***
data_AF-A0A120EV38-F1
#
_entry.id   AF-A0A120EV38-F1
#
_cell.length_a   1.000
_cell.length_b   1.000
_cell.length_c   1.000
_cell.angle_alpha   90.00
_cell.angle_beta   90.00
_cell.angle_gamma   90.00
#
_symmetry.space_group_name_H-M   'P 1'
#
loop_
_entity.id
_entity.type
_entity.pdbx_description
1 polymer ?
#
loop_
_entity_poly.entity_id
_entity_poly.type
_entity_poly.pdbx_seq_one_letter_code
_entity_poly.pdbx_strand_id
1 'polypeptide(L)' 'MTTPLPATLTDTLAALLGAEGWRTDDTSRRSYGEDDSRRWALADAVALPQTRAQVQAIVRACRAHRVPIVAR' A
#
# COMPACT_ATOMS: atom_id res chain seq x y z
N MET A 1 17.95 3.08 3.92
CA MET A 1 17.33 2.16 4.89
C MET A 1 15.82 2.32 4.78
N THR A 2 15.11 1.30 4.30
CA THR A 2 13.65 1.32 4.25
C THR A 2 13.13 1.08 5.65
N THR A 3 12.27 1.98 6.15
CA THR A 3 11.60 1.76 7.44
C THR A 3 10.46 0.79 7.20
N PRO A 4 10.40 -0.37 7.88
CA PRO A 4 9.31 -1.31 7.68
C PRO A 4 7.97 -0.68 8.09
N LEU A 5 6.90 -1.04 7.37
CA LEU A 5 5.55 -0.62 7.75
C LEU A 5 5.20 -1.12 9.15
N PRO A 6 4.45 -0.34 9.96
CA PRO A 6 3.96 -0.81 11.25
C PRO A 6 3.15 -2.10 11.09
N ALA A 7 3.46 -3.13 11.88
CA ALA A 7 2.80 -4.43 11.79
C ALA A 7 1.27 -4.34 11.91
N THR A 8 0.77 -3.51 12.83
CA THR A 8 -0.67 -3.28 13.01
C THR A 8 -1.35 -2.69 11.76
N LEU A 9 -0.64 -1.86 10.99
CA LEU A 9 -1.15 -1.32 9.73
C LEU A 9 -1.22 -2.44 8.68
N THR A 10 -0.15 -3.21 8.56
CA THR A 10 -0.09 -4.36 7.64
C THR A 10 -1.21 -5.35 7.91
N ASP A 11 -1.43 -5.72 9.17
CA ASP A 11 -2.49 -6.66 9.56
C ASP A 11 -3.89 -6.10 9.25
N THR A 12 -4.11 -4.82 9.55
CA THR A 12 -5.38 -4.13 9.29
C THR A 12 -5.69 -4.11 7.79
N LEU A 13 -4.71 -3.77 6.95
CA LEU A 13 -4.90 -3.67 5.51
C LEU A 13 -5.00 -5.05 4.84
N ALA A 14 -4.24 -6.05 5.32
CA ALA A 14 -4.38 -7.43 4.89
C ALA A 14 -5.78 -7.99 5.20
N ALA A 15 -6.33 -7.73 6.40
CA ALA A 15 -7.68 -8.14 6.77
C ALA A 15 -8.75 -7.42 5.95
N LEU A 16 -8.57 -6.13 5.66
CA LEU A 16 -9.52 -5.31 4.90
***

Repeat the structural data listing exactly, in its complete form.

data_AF-A0A120EV38-F1
#
_entry.id   AF-A0A120EV38-F1
#
_cell.length_a   1.000
_cell.length_b   1.000
_cell.length_c   1.000
_cell.angle_alpha   90.00
_cell.angle_beta   90.00
_cell.angle_gamma   90.00
#
_symmetry.space_group_name_H-M   'P 1'
#
loop_
_entity.id
_entity.type
_entity.pdbx_description
1 polymer ?
#
loop_
_entity_poly.entity_id
_entity_poly.type
_entity_poly.pdbx_seq_one_letter_code
_entity_poly.pdbx_strand_id
1 'polypeptide(L)' 'MTTPLPATLTDTLAALLGAEGWRTDDTSRRSYGEDDSRRWALADAVALPQTRAQVQAIVRACRAHRVPIVAR' A
#
# COMPACT_ATOMS: atom_id res chain seq x y z
N MET A 1 17.95 3.08 3.92
CA MET A 1 17.33 2.16 4.89
C MET A 1 15.82 2.32 4.78
N THR A 2 15.11 1.30 4.30
CA THR A 2 13.65 1.32 4.25
C THR A 2 13.13 1.08 5.65
N THR A 3 12.27 1.98 6.15
CA THR A 3 11.60 1.76 7.44
C THR A 3 10.46 0.79 7.20
N PRO A 4 10.40 -0.37 7.88
CA PRO A 4 9.31 -1.31 7.68
C PRO A 4 7.97 -0.68 8.09
N LEU A 5 6.90 -1.04 7.37
CA LEU A 5 5.55 -0.62 7.75
C LEU A 5 5.20 -1.12 9.15
N PRO A 6 4.45 -0.34 9.96
CA PRO A 6 3.96 -0.81 11.25
C PRO A 6 3.15 -2.10 11.09
N ALA A 7 3.46 -3.13 11.88
CA ALA A 7 2.80 -4.43 11.79
C ALA A 7 1.27 -4.34 11.91
N THR A 8 0.77 -3.51 12.83
CA THR A 8 -0.67 -3.28 13.01
C THR A 8 -1.35 -2.69 11.76
N LEU A 9 -0.64 -1.86 10.99
CA LEU A 9 -1.15 -1.32 9.73
C LEU A 9 -1.22 -2.44 8.68
N THR A 10 -0.15 -3.21 8.56
CA THR A 10 -0.09 -4.36 7.64
C THR A 10 -1.21 -5.35 7.91
N ASP A 11 -1.43 -5.72 9.17
CA ASP A 11 -2.49 -6.66 9.56
C ASP A 11 -3.89 -6.10 9.25
N THR A 12 -4.11 -4.82 9.55
CA THR A 12 -5.38 -4.13 9.29
C THR A 12 -5.69 -4.11 7.79
N LEU A 13 -4.71 -3.77 6.95
CA LEU A 13 -4.90 -3.67 5.51
C LEU A 13 -5.00 -5.05 4.84
N ALA A 14 -4.24 -6.05 5.32
CA ALA A 14 -4.38 -7.43 4.89
C ALA A 14 -5.78 -7.99 5.20
N ALA A 15 -6.33 -7.73 6.40
CA ALA A 15 -7.68 -8.14 6.77
C ALA A 15 -8.75 -7.42 5.95
N LEU A 16 -8.57 -6.13 5.66
CA LEU A 16 -9.52 -5.31 4.90